THERE are memorials scattered throughout the mountains but the one dedicated to an Edinburgh student who was lost in the mountains above Loch Cluanie many years ago always makes me pause for thought.
Those heading for the Sgurr nan Conbhairean trio of Munros may have seen it: a three-foot high granite boulder perched on a small heathery rise at the side of the Old Military Road near Lundie.
The years and the elements have weathered the small bronze plaque, and many will have passed it without noticing that it is not just another rock, but time and memory are the very reasons I feel drawn there on every visit to these hills. The inscription reads:
TO THE MEMORY OF JOHN DUDLEY SANDEMAN DEARLY LOVED ONLY SON OF THE LATE R.K. SANDEMAN AND MRS. SANDEMAN, EDINBURGH, LOST ON THE MOUNTAINS ABOVE THIS POINT ON 3RD JANUARY, 1960, AGED 19 YEARS AND 6 MONTHS
John Sandeman was in a party of Edinburgh University students who visited the area during their Christmas break to go climbing and hillwalking. They had arranged accommodation at the dam construction work camp as the workers were away for the festive season.
The party split into smaller groups and John was one of four whose route took them towards Bealach Coire a' Chait which connects Sgurr nan Conbhairean to its equally sprawling neighbour A' Chralaig, but he soon found himself struggling to keep up. As the short winter day drew in, he started to fall behind his companions, and as they pushed on across a false summit they failed to notice he was no longer behind them.
At first they assumed he had dropped out and gone back to the road, but when they failed to catch sight of him, they retraced their steps to the bealach. When there was still no sign, they went back to camp and raised the alarm.
The whole party went out after dark searching but returned at 5am with no success. John was said to be well enough equipped to survive a night in the open, but on their return they received the tragic news that John's father, Robert, had died suddenly the previous evening.
The search resumed next day but by now the weather had taken a turn for the worse and despite a massive effort by the RAF Mountain Rescue Service, police, gamekeepers and local volunteers, there was no sign of John.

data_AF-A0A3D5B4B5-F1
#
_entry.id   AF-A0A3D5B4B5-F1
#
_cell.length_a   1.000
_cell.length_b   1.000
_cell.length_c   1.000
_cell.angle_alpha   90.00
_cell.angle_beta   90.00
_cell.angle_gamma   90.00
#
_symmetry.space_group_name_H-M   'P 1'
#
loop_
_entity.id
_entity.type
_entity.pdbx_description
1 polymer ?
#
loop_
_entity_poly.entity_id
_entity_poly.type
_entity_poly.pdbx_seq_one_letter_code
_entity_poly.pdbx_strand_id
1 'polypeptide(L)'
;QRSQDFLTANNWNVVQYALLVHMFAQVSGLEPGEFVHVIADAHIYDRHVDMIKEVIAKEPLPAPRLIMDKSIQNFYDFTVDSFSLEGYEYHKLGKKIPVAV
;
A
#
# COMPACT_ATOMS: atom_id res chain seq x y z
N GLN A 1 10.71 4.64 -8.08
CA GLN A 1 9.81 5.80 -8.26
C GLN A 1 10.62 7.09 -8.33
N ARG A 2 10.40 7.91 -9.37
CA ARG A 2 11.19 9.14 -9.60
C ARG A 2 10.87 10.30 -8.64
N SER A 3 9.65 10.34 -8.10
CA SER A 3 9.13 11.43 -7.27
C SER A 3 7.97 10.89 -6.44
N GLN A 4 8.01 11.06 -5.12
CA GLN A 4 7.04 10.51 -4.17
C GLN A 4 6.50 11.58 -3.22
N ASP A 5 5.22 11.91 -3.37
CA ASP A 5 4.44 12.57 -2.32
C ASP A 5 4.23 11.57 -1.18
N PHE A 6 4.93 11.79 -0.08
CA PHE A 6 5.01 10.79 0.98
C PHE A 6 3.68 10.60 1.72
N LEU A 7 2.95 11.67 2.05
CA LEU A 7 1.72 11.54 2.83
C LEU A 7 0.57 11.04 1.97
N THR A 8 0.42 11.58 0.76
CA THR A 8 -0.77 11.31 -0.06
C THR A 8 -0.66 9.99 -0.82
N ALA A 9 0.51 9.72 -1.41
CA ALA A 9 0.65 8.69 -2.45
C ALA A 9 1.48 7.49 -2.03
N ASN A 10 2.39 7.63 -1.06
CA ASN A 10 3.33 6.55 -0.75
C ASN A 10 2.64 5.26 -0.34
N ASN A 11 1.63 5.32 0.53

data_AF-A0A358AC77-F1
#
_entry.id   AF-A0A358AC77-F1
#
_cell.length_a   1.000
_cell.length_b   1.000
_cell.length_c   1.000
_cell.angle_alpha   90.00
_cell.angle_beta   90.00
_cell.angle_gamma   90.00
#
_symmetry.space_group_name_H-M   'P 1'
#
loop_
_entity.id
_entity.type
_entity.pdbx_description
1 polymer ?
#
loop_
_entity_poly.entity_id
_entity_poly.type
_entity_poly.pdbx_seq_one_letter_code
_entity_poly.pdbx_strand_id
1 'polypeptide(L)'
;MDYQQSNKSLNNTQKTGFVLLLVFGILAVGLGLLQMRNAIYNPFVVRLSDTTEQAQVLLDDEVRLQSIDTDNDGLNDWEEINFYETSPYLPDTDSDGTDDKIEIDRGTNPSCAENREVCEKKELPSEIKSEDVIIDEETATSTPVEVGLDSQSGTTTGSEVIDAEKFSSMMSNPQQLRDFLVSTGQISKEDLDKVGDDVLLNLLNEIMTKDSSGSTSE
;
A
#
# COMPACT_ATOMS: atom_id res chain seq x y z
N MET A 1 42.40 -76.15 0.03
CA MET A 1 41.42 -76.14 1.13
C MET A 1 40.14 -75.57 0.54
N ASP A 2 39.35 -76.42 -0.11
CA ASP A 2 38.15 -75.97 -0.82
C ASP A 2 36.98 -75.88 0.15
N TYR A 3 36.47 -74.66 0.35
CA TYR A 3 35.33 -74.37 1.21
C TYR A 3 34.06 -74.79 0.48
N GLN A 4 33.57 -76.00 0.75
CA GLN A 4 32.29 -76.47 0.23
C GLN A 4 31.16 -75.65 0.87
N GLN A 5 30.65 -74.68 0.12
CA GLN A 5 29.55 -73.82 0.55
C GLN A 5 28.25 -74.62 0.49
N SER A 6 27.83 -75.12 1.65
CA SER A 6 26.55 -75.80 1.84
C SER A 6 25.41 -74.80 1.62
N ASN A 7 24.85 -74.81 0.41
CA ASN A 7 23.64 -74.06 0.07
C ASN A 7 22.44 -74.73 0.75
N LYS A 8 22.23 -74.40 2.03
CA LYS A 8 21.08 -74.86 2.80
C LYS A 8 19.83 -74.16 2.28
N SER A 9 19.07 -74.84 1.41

The following day's search had to be abandoned early because of the weather and further searches over the next few days proved hopeless. The whole exercise was called off, but for about six months parties of climbers kept looking. About a year after John's disappearance, his mother was given permission by the landowner to erect a memorial stone.
Then on September 21, 1962, a shepherd saw an ice axe sticking out of the ground behind some boulders at the top of Glen Fada. The axe was inscribed with the initials JDS. Closer inspection revealed some human remains along with a watch, cigarette lighter, spectacles and boots.
John had been found after more than two and a half years, more than nine kilometres from where he had last been seen. It must have been a long, lonely journey over complicated terrain to this remote spot.
It was thought that after losing touch with his group and with light fading, John had realised he had to get to the road but turned into the wrong glen and in his exhaustion started to walk with the snow and wind behind him. Eventually, overcome by his exertions, he stuck his ice axe in the ground, sat down and died of hypothermia.
There are so many elements that make this a particularly poignant tragedy. The first time I looked at the plaque, I wondered how old John would be now, what he would be doing and how his life would have played out. I have done the same ever since, but this time I realised he would now be 80.
The story highlights the difficulties faced by search parties in these vast areas of complex terrain, where a body can be lying just feet away from searchers but still unseen. Even with modern technology and increasingly improving methods, there is no guarantee of a successful outcome in difficult conditions. Sometimes the mountains will take their time to give up their secrets.
A few years ago, one of our club members went missing during a solo walk, and despite continuous searches over a period of months there was no sign. Deep vegetation had hampered the efforts and in the end he was discovered by chance by a dog walker.
Next time you are heading for these mountains, take a minute out to look at the memorial and think of this lost boy. I'm sure it will have a sobering effect.